In Australia, more than 300,000 people are at risk of diabetes-related foot disease on any given day. And diabetic foot disease accounts for around 27,600 public hospital admissions, 4400 lower extremity amputations and 1700 deaths each year. All of which has boosted the need for skilled podiatrists.
But how to ensure training continues through the COVID-19 lockdown? The University of South Australia has come up with an ingenious way to continue the learning – three-dimensional printed feet, complete with calluses, corns and fake toenails.
Podiatry students at the university can practise and fine-tune their skills from home, ensuring they attain the required practical experience throughout the lockdown.
Students must achieve a minimum of 1000 hours of clinical practice over their degree in order to graduate on time, an issue that’s causing much concern for many universities as they grapple to compensate for face-to-face clinical practice.
Created and introduced in a world-first podiatry training initiative last year, the foot models are part of a podiatry kit that has been sent to all UniSA’s second-year podiatry students.
Leading podiatry expert and lecturer, UniSA’s Dr Helen Banwell, says the podiatry kit delivers unique and realistic training experiences for students, to ensure they complete their degree within the allocated time.
“Clinical placements are one of the most critical learning aspects across all allied health degrees because they allow students to gain hands-on, practical experience. Yet, with social distancing, this is made so much harder, and many universities are finding it impossible to supplement this aspect of the degree,” Dr Banwell says.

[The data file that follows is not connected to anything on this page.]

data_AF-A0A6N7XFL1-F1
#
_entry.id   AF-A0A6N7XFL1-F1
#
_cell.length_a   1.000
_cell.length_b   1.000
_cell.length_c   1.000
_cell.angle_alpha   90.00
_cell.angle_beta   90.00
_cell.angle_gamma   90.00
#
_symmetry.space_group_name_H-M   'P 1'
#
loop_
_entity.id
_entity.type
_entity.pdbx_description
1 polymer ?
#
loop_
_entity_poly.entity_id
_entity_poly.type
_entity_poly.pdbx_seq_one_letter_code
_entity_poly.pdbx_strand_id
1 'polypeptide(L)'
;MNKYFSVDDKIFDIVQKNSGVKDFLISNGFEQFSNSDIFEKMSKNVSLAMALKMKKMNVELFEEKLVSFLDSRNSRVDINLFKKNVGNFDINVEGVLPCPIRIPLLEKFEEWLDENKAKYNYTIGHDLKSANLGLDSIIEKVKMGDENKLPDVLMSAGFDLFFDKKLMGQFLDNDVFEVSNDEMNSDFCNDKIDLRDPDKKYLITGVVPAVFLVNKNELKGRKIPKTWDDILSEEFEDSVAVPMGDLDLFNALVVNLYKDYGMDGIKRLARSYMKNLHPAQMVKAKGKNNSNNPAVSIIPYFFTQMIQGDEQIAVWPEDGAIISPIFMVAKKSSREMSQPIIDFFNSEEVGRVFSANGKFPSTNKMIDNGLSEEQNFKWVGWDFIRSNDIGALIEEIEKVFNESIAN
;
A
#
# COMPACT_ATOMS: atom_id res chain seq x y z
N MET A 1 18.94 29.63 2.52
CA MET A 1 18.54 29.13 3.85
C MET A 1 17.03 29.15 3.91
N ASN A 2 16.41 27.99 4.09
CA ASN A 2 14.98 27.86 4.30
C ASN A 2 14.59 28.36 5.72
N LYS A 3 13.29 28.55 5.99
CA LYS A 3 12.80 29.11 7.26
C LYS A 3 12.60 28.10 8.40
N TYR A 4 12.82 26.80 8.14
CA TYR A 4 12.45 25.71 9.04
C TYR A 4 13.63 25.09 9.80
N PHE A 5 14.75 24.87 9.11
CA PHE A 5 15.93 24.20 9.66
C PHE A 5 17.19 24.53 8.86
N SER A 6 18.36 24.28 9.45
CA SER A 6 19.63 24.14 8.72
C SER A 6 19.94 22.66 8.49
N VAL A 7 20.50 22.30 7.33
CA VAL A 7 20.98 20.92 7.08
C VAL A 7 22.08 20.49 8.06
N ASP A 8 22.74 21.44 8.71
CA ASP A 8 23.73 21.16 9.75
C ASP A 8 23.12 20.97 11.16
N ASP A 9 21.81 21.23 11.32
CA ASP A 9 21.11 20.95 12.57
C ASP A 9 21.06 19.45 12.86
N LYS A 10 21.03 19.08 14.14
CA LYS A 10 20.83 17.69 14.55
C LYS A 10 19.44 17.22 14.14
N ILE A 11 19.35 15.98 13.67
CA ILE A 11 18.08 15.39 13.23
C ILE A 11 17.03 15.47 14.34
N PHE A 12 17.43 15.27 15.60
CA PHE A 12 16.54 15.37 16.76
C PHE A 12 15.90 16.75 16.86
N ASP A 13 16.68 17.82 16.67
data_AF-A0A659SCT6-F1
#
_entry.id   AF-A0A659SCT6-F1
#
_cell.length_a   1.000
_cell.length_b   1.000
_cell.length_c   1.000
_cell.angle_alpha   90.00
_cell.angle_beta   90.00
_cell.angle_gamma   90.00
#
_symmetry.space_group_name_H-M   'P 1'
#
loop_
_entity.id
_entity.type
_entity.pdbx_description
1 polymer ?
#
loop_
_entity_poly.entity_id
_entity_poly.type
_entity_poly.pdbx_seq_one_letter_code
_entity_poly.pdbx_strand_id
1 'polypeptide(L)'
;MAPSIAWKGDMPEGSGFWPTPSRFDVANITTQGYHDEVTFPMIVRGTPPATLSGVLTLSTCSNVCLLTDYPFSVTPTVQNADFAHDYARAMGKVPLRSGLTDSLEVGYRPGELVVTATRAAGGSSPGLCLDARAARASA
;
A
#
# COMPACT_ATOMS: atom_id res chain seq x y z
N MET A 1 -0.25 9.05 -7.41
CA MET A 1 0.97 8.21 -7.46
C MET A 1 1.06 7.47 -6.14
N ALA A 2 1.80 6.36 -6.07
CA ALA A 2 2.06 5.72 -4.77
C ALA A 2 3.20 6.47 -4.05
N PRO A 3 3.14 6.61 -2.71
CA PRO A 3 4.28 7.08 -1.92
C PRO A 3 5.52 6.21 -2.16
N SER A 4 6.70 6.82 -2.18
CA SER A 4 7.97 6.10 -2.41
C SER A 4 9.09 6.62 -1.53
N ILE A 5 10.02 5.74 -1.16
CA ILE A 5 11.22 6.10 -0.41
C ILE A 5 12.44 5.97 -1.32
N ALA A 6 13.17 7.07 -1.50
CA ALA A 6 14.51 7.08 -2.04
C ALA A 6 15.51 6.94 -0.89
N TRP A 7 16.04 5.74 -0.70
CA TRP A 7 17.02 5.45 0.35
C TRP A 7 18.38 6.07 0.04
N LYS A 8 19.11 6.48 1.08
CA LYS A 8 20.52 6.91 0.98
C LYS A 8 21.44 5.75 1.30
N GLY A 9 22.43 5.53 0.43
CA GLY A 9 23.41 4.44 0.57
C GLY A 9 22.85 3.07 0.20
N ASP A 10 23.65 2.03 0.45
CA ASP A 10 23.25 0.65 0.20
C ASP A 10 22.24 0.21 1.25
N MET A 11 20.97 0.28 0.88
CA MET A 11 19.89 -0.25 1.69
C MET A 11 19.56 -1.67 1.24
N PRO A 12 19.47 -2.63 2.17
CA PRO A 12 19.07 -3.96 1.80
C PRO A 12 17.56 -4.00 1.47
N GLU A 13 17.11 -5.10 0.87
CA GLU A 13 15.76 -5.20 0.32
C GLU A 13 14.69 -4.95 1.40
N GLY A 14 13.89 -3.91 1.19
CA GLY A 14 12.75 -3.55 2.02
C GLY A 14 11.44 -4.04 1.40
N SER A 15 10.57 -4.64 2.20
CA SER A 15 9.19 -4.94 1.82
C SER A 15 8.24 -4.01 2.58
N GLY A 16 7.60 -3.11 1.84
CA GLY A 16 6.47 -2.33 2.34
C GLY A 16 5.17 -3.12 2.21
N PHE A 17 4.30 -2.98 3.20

“UniSA is in a unique position … because our team’s forward thinking and creativity to conceive the 3D-printed feet as a teaching tool has really enabled us to adapt to these unforeseen circumstances.
“By providing our students with their own podiatry kit – which not only contains the 3D-printed foot, but also a variety of dressings, paddings, and disposable scalpels and instruments – we will be able to teach key podiatry skills remotely, to ensure that every one of our students is afforded the opportunity to finish their degree within the four years.”
The rise in diabetic-foot disease has created a big demand for trained podiatrists, says Dr Banwell.
“More than 80 per cent of diabetes-related amputations are preventable with best practice treatment and ongoing management,” she says, “but it’s only through first-class training and practice … that we can hope to change this.
“Using the podiatry kit, and online teaching tools, students will be able to assess, plan and practise treatment of a range of foot conditions. Plus, as they’ll be using their own set of tools, we’ll be able to show them how to prepare for sterilisation.
“Who would have thought that one day I’d be ordering 500 fake toenails? But when times are tough, you really need to think creatively in order to get through.”
Have you come across other innovative ways to keep activities going during the lockdown? Do you suffer from foot problems?
If you enjoy our content, don’t keep it to yourself. Share our free eNews with your friends and encourage them to sign up.